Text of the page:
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Part 2: Alexa, ask Dillo to Dig

Tom Hudson
Jun 2, 2016 · 4 min read

In my story titled “Just the Facts, Alexa” I talked about my first experience building apps for the Amazon Echo. (If Alexa and Echo mean nothing to you, I suggest you read that.) In this next story I dig deeper into more robust features, using a third party API service and Custom Slot Types for allowing more flexibility when asking Alexa questions. If you live in Austin, you will be especially interested in this new Skill!

To date there are still less than 1,000 Alexa Skills written for the Echo. Amazon is pushing hard for developers to build custom tools using their platform; they provide all types of education on how to build a Skill for the Echo. I got 2 shirts from Amazon for the Fact Skills I built when first learning the platform. Thanks Amazon!

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Build a skill, have a shirt.

Then again, I’m not doing this to expand my collection of random tech shirts. I’m interested in the Echo and what crazy new things we can build to take us beyond a phone, tapping on a screen, or typing on a laptop. Something that brings us closer to the physical world. Something that…tells me where to drink? Yes, where can I get a cheap drink in Austin, Texas? Oh, and where can I see some live music too? Right?

Meet ATX Dillo*

“Alexa, ask Dillo to dig up a happy hour.”

Looking for live music to see on the weekend? You can have Dillo to dig up a show:

“Alexa, ask Dillo to dig up a show on Friday.”

Behind the Scenes

This was my first time working with Custom Slot Types. Custom Slot Types allow you to grab information a user says and use it to serve up the correct answer. For instance, my Custom Slot Type for this Skill is called LIST_OF_DAYS. This consists of a list of weekdays: Sunday, Monday, Tuesday, Wednesday, Thursday, Friday and Saturday. So when a user says “Alexa, ask Dillo to dig me up a show on Friday”, I grab “Friday” from the user response and use it to present an option happening in Austin on the next occurring Friday.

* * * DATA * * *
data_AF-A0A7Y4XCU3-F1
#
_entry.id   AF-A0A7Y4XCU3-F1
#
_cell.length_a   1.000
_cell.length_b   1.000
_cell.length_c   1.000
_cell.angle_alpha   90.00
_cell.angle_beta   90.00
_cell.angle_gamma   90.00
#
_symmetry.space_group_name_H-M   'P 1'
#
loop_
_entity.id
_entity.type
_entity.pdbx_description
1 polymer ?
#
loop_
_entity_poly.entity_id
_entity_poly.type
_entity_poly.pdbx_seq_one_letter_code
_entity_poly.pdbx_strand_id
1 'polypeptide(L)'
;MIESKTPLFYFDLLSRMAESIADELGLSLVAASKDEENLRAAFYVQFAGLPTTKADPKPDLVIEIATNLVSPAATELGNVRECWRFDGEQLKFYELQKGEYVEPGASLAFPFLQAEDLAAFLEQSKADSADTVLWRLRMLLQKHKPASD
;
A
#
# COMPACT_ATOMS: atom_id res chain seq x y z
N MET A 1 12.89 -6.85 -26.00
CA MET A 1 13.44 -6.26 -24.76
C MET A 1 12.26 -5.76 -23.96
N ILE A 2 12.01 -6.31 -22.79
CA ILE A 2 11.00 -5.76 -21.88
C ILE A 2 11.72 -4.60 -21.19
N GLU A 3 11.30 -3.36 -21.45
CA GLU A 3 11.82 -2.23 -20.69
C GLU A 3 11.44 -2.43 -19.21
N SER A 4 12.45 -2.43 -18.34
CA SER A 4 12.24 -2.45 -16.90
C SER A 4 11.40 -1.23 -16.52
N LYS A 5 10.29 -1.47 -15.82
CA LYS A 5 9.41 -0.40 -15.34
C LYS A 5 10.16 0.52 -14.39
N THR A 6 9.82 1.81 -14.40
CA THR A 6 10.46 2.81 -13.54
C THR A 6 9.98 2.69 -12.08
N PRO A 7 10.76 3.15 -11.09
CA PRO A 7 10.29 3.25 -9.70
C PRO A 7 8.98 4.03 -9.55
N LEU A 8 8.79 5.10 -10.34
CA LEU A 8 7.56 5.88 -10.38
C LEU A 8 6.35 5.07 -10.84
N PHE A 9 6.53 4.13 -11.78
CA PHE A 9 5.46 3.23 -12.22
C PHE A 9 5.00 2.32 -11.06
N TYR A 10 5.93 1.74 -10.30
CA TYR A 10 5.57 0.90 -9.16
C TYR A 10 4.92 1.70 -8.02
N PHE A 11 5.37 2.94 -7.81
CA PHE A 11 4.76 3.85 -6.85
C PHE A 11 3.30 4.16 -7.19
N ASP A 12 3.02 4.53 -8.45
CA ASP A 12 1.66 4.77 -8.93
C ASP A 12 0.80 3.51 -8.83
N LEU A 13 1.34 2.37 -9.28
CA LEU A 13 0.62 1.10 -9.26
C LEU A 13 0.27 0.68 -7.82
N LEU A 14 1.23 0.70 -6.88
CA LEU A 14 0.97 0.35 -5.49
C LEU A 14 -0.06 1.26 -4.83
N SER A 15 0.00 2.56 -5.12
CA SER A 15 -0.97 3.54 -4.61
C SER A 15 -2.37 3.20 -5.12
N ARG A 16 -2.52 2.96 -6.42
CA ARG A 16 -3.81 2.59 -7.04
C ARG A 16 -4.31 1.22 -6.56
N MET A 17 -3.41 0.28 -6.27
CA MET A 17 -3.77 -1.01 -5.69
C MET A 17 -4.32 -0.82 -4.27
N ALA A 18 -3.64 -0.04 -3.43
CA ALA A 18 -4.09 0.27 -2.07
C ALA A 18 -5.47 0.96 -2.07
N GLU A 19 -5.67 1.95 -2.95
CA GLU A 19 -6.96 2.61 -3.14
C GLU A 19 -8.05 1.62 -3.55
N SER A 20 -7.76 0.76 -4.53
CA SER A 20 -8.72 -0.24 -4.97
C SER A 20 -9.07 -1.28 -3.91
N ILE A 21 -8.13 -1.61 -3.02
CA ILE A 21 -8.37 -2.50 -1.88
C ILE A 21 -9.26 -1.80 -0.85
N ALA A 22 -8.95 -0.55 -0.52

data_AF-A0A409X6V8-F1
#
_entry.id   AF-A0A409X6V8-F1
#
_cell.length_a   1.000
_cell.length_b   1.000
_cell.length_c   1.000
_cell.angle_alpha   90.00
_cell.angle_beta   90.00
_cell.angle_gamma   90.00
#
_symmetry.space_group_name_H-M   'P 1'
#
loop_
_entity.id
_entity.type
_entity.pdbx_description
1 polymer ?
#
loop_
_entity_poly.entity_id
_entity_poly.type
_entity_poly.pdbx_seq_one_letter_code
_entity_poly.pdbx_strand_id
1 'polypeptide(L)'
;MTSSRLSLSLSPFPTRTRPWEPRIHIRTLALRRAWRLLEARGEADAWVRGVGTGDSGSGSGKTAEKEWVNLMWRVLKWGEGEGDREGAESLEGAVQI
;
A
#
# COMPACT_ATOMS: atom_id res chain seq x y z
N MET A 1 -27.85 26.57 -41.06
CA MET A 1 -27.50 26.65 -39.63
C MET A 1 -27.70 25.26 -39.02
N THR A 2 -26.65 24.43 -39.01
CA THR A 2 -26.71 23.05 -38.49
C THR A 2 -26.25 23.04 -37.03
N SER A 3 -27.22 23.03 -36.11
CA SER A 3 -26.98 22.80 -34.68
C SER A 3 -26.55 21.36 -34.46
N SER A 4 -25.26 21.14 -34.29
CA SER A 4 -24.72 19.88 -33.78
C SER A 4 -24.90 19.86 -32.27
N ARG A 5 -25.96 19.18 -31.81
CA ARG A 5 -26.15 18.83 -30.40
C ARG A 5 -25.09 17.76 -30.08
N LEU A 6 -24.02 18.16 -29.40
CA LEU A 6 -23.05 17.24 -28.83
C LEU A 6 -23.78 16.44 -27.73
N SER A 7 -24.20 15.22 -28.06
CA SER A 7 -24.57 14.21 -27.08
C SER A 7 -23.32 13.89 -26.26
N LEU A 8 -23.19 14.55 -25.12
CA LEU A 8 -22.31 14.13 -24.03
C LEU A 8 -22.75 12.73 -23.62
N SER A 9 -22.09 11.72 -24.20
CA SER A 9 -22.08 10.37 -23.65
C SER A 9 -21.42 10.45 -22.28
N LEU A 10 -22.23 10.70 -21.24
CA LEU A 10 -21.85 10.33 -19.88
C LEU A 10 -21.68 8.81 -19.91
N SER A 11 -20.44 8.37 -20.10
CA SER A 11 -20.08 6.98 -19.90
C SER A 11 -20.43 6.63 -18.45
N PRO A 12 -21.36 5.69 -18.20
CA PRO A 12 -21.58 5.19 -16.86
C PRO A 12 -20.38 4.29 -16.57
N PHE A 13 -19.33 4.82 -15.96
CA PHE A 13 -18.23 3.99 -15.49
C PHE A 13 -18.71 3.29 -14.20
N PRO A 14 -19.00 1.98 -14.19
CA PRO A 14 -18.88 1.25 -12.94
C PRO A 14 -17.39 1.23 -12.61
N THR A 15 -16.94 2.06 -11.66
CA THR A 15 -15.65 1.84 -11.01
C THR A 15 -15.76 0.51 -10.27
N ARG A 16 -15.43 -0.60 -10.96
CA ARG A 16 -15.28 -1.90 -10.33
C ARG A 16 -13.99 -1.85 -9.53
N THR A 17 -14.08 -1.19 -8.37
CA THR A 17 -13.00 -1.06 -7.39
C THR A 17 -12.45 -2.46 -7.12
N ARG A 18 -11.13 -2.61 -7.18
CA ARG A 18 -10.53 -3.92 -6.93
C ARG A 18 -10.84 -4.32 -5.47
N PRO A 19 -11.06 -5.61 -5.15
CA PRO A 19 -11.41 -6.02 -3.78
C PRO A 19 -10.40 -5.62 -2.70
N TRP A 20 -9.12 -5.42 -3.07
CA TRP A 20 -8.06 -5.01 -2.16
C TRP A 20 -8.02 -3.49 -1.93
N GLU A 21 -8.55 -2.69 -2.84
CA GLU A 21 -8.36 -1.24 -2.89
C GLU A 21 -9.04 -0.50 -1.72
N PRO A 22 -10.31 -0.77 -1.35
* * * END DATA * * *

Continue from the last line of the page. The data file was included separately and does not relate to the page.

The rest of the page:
Skill Certification Woes

I failed certification because why?

I’ve seen a few reasons for denying certification come back that are vague at best. For instance, I’ve been denied because my code breaks if they add elements to their JSON response coming from the Echo. I tested it by adding more items and it worked fine. What does this mean? It means they should be more specific and actually write out the steps they took in order to reproduce the error. Otherwise I’m all ¯\_(ツ)_/¯.

When naming your invocation, choose wisely (or dumb-ly?)

I thought I had a really cool invocation name for one of my Skills, but Amazon didn’t think so. For a skill called Bueller, they came back with “Your invocation name is generic and may cause customer confusion.” I disagree. If this data is correct, my audience will most definitely know Bueller by name. So I changed the name to Ferris Bueller, thinking “that oughta fix it.” But no, it failed it again: “Your invocation name does not meet the necessary requirements.” I looked up their requirements, and I think this one did me in: “The skill invocation name must not infringe upon the intellectual property rights of an entity or person.” By the way, I will talk about the skill Bueller (now called Totally 80s) in Part III of this series.

Coming Up!

This entire experience of building Amazon Alexa Skills has been real, y’all. But…I have to say, the more I do it, the more I’m looking forward to what Google has to offer as an alternative to the Echo. I wish Amazon all the best, but they better step up their game.

Not this.

Find us on Facebook and Twitter or get in touch at thirteen23.com.

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The Garage

Thoughts and experiments from the team at thirteen23, a…

Thanks to Nikki Clark

Tom Hudson

Written by

Tech Director at @thirteen23. I write about new and emerging platforms and other tech-related stuff.

The Garage

Thoughts and experiments from the team at thirteen23, a digital product studio in Austin, Texas.

Tom Hudson

Written by

Tech Director at @thirteen23. I write about new and emerging platforms and other tech-related stuff.

The Garage

Thoughts and experiments from the team at thirteen23, a digital product studio in Austin, Texas.

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